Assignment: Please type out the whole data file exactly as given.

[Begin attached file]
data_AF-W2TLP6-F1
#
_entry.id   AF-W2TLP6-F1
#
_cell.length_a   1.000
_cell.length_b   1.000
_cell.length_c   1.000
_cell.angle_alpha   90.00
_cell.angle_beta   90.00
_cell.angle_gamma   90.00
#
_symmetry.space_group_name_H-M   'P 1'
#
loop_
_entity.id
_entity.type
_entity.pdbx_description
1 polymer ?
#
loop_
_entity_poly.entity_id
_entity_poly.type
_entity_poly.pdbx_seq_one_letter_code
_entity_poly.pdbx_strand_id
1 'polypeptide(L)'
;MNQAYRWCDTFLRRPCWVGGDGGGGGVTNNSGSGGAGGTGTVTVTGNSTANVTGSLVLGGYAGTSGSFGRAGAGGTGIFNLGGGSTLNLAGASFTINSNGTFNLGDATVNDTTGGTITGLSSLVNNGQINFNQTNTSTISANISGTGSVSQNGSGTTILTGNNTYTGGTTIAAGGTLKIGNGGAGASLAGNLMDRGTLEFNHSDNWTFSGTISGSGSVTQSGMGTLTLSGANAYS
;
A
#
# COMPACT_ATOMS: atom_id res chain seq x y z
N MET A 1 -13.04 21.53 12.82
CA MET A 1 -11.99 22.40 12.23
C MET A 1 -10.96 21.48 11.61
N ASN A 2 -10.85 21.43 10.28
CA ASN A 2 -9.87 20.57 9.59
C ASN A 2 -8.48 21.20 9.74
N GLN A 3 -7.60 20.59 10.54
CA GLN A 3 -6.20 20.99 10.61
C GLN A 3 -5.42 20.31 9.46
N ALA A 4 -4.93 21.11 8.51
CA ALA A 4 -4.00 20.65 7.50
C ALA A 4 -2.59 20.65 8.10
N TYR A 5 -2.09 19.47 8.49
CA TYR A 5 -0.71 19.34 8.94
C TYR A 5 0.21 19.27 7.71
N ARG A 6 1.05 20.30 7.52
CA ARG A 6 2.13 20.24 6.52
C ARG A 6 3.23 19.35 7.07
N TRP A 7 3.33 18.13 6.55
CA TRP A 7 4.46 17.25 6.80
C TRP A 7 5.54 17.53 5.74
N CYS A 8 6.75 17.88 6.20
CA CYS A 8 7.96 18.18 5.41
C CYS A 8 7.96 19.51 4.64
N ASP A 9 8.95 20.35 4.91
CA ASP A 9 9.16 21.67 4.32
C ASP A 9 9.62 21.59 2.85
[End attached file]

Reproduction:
data_AF-W2TLP6-F1
#
_entry.id   AF-W2TLP6-F1
#
_cell.length_a   1.000
_cell.length_b   1.000
_cell.length_c   1.000
_cell.angle_alpha   90.00
_cell.angle_beta   90.00
_cell.angle_gamma   90.00
#
_symmetry.space_group_name_H-M   'P 1'
#
loop_
_entity.id
_entity.type
_entity.pdbx_description
1 polymer ?
#
loop_
_entity_poly.entity_id
_entity_poly.type
_entity_poly.pdbx_seq_one_letter_code
_entity_poly.pdbx_strand_id
1 'polypeptide(L)'
;MNQAYRWCDTFLRRPCWVGGDGGGGGVTNNSGSGGAGGTGTVTVTGNSTANVTGSLVLGGYAGTSGSFGRAGAGGTGIFNLGGGSTLNLAGASFTINSNGTFNLGDATVNDTTGGTITGLSSLVNNGQINFNQTNTSTISANISGTGSVSQNGSGTTILTGNNTYTGGTTIAAGGTLKIGNGGAGASLAGNLMDRGTLEFNHSDNWTFSGTISGSGSVTQSGMGTLTLSGANAYS
;
A
#
# COMPACT_ATOMS: atom_id res chain seq x y z
N MET A 1 -13.04 21.53 12.82
CA MET A 1 -11.99 22.40 12.23
C MET A 1 -10.96 21.48 11.61
N ASN A 2 -10.85 21.43 10.28
CA ASN A 2 -9.87 20.57 9.59
C ASN A 2 -8.48 21.20 9.74
N GLN A 3 -7.60 20.59 10.54
CA GLN A 3 -6.20 20.99 10.61
C GLN A 3 -5.42 20.31 9.46
N ALA A 4 -4.93 21.11 8.51
CA ALA A 4 -4.00 20.65 7.50
C ALA A 4 -2.59 20.65 8.10
N TYR A 5 -2.09 19.47 8.49
CA TYR A 5 -0.71 19.34 8.94
C TYR A 5 0.21 19.27 7.71
N ARG A 6 1.05 20.30 7.52
CA ARG A 6 2.13 20.24 6.52
C ARG A 6 3.23 19.35 7.07
N TRP A 7 3.33 18.13 6.55
CA TRP A 7 4.46 17.25 6.80
C TRP A 7 5.54 17.53 5.74
N CYS A 8 6.75 17.88 6.20
CA CYS A 8 7.96 18.18 5.41
C CYS A 8 7.96 19.51 4.64
N ASP A 9 8.95 20.35 4.91
CA ASP A 9 9.16 21.67 4.32
C ASP A 9 9.62 21.59 2.85